What Does Happiness Mean?
Now that the year is reaching its end, I began looking back on what Alen and I learned from the guests on our podcast. We had philosophers, psychologists, and a hip-hop icon on, all to teach us important lessons about life. Since philosophy was invented, and even before then, thinkers have been asking what it means to live a good life, pondering the ingredients of happiness. Philosophers used experience and reason to create their models, while poets, musicians, and even rappers used melody and rhyme to convey their wisdom. So, as I explored the past episodes of Seize The Moment Podcast, several themes emerged, ones concerning happiness and a life well-lived.
In essence, Emmy van Deurzen, Mutah “Napoleon” Beale, Jamie Lombardi, Meg Van Deusen (who’ll be a guest on the show next week), Liz Dorval, and Gordon Marino were telling us the same things in their own ways. Describing his life in the music industry, Napoleon spoke about feeling deeply depressed because his values were at odds with each other. Compromising his code of ethics, he attained the fame, wealth, and status he believed he needed for happiness. But, as his mentor, Tupac Shakur, warned him and the rest of us in his music, fame was a mirage. For, in order to gain it, you have to lose yourself, and, thus, the love you receive is a bastardization of the real thing. You have to be who they want you to be, Mutah told us, calling success ‘sick-cess’ “because it’s sickening.”
Emmy taught us about the importance of community, and the need to share our wealth. To her, joy encompassed being seen and loved for who one really is. In her conception of love, one’s full self is revealed, radiating out beauty in her flaws. Those who wish to present themselves in an elevated light suffer Napoleon’s fate, fostering a profound sense of misery, which replaces the momentary joy one receives from adoration and exaltation. This was evident in her retelling of the life of existential psychiatrist, R.D. Laing, who, despite his notable following, seemed to have been struggling with severe depression. As she told us about him, I began to wonder how someone who had so much (who was famous, wealthy, brilliant, and attractive) could have been so miserable. Then, I realized, that no one really knew him. No matter how much he attained, it was never a sufficient substitute for intimacy; he was loved, or at least admired, for many things but never for who he was.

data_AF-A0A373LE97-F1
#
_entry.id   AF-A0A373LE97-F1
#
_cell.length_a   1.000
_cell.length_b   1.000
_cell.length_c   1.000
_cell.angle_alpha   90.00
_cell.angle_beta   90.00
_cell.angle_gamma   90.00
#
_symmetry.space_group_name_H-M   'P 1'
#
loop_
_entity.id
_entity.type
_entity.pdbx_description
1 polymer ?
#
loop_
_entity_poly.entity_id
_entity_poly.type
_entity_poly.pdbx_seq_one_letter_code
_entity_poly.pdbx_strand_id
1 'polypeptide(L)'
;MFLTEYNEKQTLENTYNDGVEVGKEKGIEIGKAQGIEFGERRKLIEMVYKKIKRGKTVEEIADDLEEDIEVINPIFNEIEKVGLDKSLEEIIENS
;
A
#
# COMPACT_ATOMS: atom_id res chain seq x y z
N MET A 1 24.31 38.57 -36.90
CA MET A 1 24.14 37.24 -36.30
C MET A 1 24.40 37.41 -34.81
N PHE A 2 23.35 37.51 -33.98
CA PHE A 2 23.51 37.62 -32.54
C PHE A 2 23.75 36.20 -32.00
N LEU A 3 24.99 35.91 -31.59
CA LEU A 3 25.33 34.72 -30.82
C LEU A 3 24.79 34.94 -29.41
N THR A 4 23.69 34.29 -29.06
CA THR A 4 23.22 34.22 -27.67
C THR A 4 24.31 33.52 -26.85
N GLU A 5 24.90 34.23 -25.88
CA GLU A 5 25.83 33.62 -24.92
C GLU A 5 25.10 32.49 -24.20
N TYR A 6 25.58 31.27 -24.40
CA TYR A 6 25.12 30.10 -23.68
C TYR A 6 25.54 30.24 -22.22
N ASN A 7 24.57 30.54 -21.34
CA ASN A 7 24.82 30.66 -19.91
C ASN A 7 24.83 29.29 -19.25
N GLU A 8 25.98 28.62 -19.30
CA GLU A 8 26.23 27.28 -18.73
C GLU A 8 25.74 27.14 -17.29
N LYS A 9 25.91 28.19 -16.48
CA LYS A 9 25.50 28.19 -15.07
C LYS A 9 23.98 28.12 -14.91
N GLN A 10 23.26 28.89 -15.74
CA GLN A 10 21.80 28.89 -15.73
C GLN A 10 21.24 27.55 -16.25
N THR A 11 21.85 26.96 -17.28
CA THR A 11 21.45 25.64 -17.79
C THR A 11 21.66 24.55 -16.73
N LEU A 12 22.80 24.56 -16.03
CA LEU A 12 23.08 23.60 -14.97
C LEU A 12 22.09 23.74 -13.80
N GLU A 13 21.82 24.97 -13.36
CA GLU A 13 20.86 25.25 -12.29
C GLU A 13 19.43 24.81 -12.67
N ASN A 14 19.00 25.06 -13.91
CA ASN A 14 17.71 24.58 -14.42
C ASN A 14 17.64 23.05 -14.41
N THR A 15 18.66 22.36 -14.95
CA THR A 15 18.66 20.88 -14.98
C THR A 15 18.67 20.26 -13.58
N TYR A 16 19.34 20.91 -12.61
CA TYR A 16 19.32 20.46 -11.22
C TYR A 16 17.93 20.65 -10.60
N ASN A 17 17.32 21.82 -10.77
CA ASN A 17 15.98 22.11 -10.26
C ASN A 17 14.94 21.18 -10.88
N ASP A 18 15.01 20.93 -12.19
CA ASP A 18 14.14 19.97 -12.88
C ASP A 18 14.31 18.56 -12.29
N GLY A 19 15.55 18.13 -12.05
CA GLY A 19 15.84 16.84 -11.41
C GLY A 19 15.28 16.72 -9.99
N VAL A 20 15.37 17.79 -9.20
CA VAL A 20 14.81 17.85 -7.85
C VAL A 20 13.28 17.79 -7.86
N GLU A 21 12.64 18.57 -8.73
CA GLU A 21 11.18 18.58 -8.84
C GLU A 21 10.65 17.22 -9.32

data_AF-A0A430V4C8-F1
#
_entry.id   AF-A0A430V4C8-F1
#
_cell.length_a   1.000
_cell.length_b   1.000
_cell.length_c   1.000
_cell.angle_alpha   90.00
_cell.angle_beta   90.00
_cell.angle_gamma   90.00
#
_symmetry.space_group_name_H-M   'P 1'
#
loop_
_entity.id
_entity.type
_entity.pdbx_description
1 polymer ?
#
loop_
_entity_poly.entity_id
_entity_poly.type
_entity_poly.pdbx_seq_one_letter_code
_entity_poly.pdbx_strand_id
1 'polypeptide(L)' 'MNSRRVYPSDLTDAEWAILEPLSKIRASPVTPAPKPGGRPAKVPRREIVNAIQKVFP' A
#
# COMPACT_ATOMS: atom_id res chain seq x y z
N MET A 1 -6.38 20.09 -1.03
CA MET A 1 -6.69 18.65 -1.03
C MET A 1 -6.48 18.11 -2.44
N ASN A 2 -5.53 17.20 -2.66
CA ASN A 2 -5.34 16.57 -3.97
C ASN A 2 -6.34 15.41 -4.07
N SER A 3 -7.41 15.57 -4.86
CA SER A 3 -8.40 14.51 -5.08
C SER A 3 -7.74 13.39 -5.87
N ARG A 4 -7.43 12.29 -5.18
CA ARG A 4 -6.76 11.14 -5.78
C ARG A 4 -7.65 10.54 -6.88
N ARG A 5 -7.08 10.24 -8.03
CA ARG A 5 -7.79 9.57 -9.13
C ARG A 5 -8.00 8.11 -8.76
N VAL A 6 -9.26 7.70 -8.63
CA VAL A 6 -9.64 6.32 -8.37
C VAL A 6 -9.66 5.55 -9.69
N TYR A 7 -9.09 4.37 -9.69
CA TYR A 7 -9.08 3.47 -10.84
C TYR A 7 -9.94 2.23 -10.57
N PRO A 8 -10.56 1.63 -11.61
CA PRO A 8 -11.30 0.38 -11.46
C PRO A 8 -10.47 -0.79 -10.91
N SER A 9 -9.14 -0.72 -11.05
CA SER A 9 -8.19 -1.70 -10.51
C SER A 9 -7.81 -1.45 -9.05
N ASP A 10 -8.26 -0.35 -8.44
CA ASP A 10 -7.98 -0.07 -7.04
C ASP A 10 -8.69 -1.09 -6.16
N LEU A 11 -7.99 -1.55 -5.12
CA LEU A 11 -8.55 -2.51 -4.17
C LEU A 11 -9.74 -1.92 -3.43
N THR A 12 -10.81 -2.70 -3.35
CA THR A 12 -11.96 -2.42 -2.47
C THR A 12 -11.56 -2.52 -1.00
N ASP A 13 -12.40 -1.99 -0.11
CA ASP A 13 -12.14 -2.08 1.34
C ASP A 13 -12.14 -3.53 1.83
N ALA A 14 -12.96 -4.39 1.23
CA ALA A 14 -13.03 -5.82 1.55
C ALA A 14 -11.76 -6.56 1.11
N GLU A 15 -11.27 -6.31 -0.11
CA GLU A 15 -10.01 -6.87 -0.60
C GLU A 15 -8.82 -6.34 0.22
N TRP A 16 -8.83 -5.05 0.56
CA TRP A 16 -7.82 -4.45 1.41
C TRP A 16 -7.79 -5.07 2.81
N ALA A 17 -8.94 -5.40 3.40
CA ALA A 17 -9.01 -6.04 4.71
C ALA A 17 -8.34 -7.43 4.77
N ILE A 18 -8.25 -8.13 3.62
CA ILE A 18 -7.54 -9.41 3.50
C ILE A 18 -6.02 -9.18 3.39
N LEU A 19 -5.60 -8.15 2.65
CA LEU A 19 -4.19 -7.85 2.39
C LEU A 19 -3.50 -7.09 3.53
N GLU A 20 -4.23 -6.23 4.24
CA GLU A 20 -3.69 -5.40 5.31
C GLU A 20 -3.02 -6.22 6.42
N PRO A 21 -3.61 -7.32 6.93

In exploring happiness with us, writer and philosopher Gordon Marino (@GordonMarino) mentioned that so many of us were obsessed with the rat-race and spent little time focusing on developing our characters. The implication was that happiness meant being “a good and loving person,” which reminds me of Napoleon telling us that fame causes people to sell their souls; it corrupts and transforms them into the opposites of Gordon’s ideal, basically, destroying them, as Tupac had once warned.
Additionally, Gordon noted the importance of being heard, and how it relates to our ability to listen to ourselves, or “get in touch with what you feel.” To hear someone is to listen to her vulnerabilities, reducing the sense of shame we tend to feel about our weak spots, which, in turn, increases the likelihood that she’ll be honest with herself. And, if we were to take it one step further, to love someone is, also, to love her vulnerabilities; and, I’m sure Emmy would agree.
The Happiness Found in Community
Individual success is really an illusion, Jamie taught us, because we can’t separate our achievements from all of the support that we received. She noted that a strong network, which included nurturing mothers, was behind many successful individuals. Consequently, if we were to take Emmy’s advice and share our wealth with others, we would do so knowing that we didn’t achieve it on our own, helping others as we’ve been helped.
Community was a major theme among our guests, present in Napoleon describing his happiest moments as those that were spent with his friends laughing and joking with one another, in Emmy’s prescription of sharing one’s fame with others, in Jamie’s assertion that the self-made individual doesn’t exist, in Liz Dorval’s elucidation of the loneliness epidemic and its ties to self-absorption and a decline in organized participation, in Gordon’s association of self-discovery with a mirror that reflects your importance back to you, and in Meg’s research on the emotional effects of different core values.
In her upcoming book, Stressed in the U.S., Meg cited research on the values of fame and wealth, stating that they are merely “short-loved Band-Aids to contentment,” as real relationships are the sources of lasting joy, which explains why Napoleon’s happiest moments, while on top of the music industry, were when he felt at home with his closest friends. Relationships, community, perceiving ourselves through the eyes of those who see and love us; that’s the embodiment of genuine happiness. So, whether you’re a rapper, a philosopher, a clinical psychologist, or just a regular Joe, somewhere deep inside, all of us know this to be true. If being heard creates self-esteem, then fame engenders self-confusion. If my goal is to be loved for who I am, my well-curated Instagram page will never afford me that experience.